U.S. and international gay rights supporters called on Friday for a boycott of Italian pasta maker Barilla, whose chairman said he would never feature a gay family in its advertising.
The comments sparked a firestorm of protest on social media and resulted in online petitions in English, German and Italian, including one by Italian playwright and Nobel Prize winner Dario Fo.
A MoveOn.org petition started by Beth Allen, a Takoma Park, Maryland, mother of two and a lesbian, garnered 85,000 signatures by Friday evening.
"Guido Barilla made it clear how he felt about families like mine by saying that he'd never show gay families in advertisements for Barilla," Allen said in her petition.
"He said that gays could eat another pasta if they didn't like his message. I'm taking him up on that and so should you," she said.
Chairman Guido Barilla, 55, sparked the controversy with comments on Wednesday to an Italian radio station.
"I would never do (a commercial) with a homosexual family, not for lack of respect but because we don't agree with them. Ours is a classic family where the woman plays a fundamental role," he said.
Barilla also said he was unconcerned with whether gay consumers would stop buying pasta from the privately held company that is the world's biggest pasta maker.
If gays "like our pasta and our advertising, they'll eat our pasta. If they don't like it, then they will not eat it and they will eat another brand," he said.
The U.S.-based Gay & Lesbian Alliance Against Defamation, or GLAAD, rallied behind the petition of an Italian-American mother in Connecticut who has a gay son. (Petition: r.reuters.com/qaz43v)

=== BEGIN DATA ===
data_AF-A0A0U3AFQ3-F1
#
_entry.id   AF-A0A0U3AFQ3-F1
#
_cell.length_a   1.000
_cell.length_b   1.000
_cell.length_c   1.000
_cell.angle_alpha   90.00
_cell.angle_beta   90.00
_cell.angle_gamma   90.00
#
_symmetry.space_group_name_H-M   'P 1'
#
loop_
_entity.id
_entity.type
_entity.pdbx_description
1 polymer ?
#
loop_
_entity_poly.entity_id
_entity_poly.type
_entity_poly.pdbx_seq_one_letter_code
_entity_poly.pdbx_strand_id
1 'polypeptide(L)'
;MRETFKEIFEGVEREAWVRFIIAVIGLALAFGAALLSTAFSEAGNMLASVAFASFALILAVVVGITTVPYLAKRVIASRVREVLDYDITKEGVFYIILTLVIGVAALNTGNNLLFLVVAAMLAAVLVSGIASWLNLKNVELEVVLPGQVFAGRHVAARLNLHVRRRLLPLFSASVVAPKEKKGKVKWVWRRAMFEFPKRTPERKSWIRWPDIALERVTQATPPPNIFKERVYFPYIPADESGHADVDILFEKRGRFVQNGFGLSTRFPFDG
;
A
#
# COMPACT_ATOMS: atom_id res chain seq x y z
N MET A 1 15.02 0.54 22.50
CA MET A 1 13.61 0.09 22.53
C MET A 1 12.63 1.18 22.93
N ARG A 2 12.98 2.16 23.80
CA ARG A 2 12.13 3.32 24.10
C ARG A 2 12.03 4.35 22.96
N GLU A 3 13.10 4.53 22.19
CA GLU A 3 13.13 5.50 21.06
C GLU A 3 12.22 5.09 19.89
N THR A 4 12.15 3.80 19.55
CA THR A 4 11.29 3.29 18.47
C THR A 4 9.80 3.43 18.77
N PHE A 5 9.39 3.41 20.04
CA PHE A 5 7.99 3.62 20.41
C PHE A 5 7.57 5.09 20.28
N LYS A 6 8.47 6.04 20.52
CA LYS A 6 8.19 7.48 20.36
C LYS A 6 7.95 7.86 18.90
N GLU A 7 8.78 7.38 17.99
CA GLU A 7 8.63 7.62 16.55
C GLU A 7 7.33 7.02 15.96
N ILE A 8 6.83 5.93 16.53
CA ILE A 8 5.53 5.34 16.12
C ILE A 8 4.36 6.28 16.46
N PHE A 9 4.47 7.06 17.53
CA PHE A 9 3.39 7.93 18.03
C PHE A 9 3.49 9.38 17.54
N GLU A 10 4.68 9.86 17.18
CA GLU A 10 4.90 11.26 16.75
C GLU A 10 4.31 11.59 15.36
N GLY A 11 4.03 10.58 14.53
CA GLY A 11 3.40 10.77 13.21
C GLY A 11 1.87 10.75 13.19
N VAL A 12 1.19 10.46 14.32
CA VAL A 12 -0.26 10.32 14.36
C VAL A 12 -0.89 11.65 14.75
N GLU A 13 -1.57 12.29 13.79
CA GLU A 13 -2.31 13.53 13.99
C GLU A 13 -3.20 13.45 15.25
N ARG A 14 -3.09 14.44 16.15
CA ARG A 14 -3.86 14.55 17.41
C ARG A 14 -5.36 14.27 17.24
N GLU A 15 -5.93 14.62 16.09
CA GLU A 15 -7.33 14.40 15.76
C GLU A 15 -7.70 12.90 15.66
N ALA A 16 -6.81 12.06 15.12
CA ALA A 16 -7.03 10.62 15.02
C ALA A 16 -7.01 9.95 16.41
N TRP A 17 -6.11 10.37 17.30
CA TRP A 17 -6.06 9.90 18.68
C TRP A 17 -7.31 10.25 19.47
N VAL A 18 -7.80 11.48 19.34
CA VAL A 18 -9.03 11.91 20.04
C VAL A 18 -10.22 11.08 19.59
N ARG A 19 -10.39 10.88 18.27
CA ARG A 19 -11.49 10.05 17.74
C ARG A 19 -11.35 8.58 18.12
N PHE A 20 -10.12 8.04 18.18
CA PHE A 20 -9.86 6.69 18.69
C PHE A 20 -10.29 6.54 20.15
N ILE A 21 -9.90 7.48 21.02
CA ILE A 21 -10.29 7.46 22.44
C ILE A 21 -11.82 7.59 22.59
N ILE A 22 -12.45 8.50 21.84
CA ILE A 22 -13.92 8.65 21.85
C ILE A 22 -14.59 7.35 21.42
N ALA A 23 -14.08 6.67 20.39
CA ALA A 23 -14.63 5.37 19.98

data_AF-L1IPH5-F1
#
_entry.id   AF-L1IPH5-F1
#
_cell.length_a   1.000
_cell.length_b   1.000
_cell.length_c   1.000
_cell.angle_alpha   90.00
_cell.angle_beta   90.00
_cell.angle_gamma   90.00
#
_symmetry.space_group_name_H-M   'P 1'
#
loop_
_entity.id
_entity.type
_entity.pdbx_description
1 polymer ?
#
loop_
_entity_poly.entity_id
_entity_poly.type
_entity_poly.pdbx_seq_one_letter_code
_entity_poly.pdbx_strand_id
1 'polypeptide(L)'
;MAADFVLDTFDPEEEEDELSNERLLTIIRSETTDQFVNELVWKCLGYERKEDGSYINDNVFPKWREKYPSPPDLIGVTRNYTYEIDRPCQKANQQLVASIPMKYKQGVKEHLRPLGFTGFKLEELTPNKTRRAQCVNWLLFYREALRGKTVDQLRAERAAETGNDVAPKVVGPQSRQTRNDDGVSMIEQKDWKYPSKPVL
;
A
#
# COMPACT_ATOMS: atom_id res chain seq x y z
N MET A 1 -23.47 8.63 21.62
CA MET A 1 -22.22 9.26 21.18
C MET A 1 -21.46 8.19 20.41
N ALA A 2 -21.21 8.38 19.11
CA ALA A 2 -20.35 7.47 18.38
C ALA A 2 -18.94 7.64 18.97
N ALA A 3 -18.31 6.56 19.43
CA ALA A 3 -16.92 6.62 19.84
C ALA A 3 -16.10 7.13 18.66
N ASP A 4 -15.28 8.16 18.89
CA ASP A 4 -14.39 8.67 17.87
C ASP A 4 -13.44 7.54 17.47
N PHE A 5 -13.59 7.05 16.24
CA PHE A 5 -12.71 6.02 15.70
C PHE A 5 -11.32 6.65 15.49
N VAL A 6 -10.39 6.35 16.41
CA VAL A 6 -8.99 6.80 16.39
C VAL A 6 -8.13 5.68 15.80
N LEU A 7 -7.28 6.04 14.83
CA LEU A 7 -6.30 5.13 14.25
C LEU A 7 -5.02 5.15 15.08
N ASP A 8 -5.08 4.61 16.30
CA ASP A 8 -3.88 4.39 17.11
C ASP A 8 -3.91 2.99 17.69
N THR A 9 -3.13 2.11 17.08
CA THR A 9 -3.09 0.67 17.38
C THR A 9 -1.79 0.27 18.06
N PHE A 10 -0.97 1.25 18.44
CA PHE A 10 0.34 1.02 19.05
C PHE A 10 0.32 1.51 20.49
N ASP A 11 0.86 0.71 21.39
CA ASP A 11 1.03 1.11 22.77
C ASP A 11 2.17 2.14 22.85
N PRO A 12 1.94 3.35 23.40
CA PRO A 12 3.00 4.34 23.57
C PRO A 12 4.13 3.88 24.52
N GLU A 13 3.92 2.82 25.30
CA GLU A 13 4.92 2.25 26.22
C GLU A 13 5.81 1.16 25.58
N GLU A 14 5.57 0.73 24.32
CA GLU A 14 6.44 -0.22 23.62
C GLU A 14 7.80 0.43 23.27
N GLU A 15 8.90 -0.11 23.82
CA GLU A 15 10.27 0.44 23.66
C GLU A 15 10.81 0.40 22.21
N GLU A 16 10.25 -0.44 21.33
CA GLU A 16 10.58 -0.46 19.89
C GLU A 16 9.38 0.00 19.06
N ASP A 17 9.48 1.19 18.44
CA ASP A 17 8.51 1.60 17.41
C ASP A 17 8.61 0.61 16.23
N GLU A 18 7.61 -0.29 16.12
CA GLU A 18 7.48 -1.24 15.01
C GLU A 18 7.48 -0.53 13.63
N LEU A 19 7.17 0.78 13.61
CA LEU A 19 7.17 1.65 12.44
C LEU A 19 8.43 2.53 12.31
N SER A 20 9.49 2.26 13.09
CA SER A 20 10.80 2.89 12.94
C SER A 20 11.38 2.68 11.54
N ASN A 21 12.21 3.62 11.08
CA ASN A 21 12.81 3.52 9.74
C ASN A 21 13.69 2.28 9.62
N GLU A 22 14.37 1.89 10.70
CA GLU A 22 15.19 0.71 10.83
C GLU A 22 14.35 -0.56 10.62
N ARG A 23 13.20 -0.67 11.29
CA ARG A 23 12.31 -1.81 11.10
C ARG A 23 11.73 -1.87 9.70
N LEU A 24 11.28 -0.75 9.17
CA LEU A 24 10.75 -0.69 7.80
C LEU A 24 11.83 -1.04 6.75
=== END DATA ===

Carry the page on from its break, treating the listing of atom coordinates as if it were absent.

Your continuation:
Consumers can express their opinions with their shopping dollars and forgo products from Barilla, one of the world's best-known makers of pasta and ready-made sauce, the group urged.
Nobel laureate Fo urged Barilla to make up for the remarks by creating an advertisement that featured a same-sex couple or parents.
The Washington, D.C.-based Human Rights Campaign, a gay, lesbian, bisexual and transgender equal rights group, posted a list on its website of five Barilla competitors that are gay and lesbian-friendly. (Barilla alternatives: r.reuters.com/saz43v)
"Now, more than ever, consumers are sending a message that they are watching to see if the business they patronize understand and honor issues important to them," it said.
Shoppers in Manhattan's Chelsea neighborhood, an area popular with the gay community, said Barilla's comments could weigh into their decision to buy the brand.
"Making a comment is one thing," said Melissa Beyer, 40. "To me, the thing that takes it one step further is whether or not a company gives money to support some policy I don't agree with."
Christopher Houlihan, 26, a concert organist, said he saw the comments as a questionable business move.
"He can have an opinion, but he should keep it to himself," Houlihan said. "It's not just gay people that aren't going to buy it. It's friends and family members."
Barilla issued apologies on Thursday and on Friday, the company chairman posted a video in English on Facebook saying he respected everyone, "including gays and their families." (Barilla video: r.reuters.com/raz43v)
"I have heard the countless reactions to my words in the world which have depressed and saddened me. It is clear that I have a lot to learn about the lively debate concerning the evolution of the family," he said.
Guido Barilla runs the 140-year-old pasta company with brothers Luca and Paolo. The company employs 8,000 people and its 30 production sites manufacture 1.7 million tons of products each year.
Last year, fast food chain Chick-fil-A angered gay rights groups after President Dan Cathy made remarks opposing same-sex marriage.
Thousands of people pledged to boycott its 1,700 stores, while Cathy supporters staged a Chick-fil-A "Appreciation Day.”
(Editing by Ellen Wulfhorst; Editing by Lisa Shumaker)